Jessi Reaves, in her second solo presentation with the gallery (on view through May 12), continues to work the magic that has made her a rising young cult figure of contemporary art. Following on the heels of commissions for the Carnegie International Triennial (and a residency at Frank Lloyd Wright’s Fallingwater), this show includes eight of her wonderfully strange, furniture-sculpture hybrids.
Having studied design and painting at RISD and worked part-time for an upholsterer, Reaves knows her way around furnishings. She first gained attention for her transformations of hallowed Modernist designs, which she reworked into irreverent objects with idiosyncratic lives of their own. If a Noguchi glass-top coffee table was the sophisticated pride and joy of the family, for instance, Reaves’s “knockoff” version was the offbeat black sheep, with a base made of gloppy sawdust and glue or car fenders rather than carefully carved walnut.
In this new body of work, many of her upcycled furniture pieces act more like art, functioning as a means of pulling viewers into an alternate universe rather than offering a place to rest one’s feet or drink. But the atmosphere is still uncannily domestic, not least because Reaves filled half the gallery with a platform covered in brown shag carpeting, which mimics a sunken living room. It’s a bit like coming home from a long trip to find that your belongings are, in fact, alive, and have paired off and morphed. A lighting fixture made from a white wicker remnant, for instance, sprouts little lampshades on one side and gem-like light bulbs on the other.
The atmosphere feels straight out of late 1970s, early ’80s suburbia, but not nostalgic exactly. (Reaves was born in 1986.) In Blue Heart Shelf (2019), three Knoll Cesca Chairs—those mass-produced staples of ’70s and ’80s dining tables, with their rectangular backs, caned seats, and tubular steel bases—are stacked irregularly in a ladder-like metal frame. A strip of stiff woven material, painted lipstick coral, runs down one side like tight clothing, bulging in spots like flesh. Strands of a gold-beaded curtain with stars and moons hang on another side. A blue Plexiglas box with little hearts cut into it sits at eye level. The urge is to peer into the box and behind the beads—a position of curiosity and voyeurism that we frequently find ourselves in with Reaves’s work. In this case, we seem to be catching a glimpse into the home life of a teenage girl.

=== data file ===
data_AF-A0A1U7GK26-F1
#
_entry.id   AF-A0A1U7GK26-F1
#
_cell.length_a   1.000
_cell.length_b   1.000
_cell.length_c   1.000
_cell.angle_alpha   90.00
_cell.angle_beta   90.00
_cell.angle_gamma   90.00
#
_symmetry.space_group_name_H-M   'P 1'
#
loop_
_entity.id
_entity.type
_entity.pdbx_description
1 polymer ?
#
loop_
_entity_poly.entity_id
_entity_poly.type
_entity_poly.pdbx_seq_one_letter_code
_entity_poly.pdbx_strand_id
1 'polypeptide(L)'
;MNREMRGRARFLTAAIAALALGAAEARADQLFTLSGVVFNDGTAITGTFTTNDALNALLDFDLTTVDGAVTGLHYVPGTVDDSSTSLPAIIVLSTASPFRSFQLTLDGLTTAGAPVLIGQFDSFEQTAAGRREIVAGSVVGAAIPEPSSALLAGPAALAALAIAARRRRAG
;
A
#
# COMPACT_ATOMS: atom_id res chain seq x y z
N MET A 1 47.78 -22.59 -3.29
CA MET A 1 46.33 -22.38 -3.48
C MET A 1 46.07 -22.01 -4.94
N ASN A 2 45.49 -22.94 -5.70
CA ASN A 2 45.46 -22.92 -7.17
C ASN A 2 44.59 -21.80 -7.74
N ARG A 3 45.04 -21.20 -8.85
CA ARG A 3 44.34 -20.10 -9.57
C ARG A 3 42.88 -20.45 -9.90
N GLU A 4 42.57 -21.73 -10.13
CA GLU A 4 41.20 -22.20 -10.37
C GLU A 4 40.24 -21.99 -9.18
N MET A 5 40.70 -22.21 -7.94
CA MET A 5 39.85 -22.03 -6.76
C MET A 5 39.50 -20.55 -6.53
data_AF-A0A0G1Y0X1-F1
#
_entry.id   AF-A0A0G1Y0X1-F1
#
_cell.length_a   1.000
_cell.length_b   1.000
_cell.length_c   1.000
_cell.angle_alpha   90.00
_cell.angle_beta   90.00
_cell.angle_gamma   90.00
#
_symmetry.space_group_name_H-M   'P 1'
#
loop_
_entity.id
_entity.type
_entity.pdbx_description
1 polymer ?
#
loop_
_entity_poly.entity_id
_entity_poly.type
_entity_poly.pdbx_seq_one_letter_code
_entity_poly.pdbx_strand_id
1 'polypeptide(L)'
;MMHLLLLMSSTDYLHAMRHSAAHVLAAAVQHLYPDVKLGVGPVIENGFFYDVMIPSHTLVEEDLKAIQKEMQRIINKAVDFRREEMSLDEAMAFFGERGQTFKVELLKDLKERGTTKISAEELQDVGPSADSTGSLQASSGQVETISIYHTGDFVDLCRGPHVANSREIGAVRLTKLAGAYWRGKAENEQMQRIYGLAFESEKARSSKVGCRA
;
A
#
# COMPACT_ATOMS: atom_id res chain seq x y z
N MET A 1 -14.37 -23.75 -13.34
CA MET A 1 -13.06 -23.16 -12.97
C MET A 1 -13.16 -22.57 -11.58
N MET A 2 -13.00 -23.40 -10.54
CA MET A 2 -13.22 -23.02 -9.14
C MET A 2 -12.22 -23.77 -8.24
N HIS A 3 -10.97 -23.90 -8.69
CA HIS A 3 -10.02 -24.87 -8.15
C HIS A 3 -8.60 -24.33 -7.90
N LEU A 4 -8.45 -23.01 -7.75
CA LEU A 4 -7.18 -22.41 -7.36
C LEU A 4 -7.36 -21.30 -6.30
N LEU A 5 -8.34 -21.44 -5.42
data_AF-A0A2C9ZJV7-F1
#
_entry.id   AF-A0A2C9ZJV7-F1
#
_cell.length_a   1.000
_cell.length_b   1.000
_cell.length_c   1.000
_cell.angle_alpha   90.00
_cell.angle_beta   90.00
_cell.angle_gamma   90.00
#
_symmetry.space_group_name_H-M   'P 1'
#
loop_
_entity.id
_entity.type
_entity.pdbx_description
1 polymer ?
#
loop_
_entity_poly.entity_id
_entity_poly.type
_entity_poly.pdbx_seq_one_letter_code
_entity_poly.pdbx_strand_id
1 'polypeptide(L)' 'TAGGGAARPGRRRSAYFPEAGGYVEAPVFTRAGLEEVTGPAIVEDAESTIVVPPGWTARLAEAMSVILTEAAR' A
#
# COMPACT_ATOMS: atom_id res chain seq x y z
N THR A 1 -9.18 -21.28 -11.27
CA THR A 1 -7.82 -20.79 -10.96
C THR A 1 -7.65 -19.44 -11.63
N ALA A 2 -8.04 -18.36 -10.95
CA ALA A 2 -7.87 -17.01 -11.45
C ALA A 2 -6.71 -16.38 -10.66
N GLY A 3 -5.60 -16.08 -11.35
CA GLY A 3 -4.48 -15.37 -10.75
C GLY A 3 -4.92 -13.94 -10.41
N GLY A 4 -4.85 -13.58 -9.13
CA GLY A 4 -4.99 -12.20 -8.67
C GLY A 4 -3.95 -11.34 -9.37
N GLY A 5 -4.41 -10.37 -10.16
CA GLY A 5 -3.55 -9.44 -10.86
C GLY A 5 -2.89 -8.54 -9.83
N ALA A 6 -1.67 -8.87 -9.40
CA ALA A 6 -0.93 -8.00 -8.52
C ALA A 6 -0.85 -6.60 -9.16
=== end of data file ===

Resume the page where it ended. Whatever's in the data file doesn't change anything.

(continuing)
Reaves is working in a mode of sculptural assemblage that might bring to mind artists like Isa Genzken or Edward Kienholz, but her carefully constructed objects feel highly relatable because they are human-scaled, and we all know what it’s like to use well-worn furniture. In Walking up was getting into discipline, nyc stick shelf (2019), Reaves fit a gauzy yellow sheath over a bric-a-brac shelving system she built. Sticks poke out like truncated arms in sleeves with no holes, while an open zipper invites us to get close and look inside to see the vaguely corporeal, gloppy mixture of sawdust and glue used to bind the components together.
Even though everything feels strangely familiar here, even comforting in its domesticity, Reaves makes it all alien enough for us to squirm just a bit. It’s a good feeling.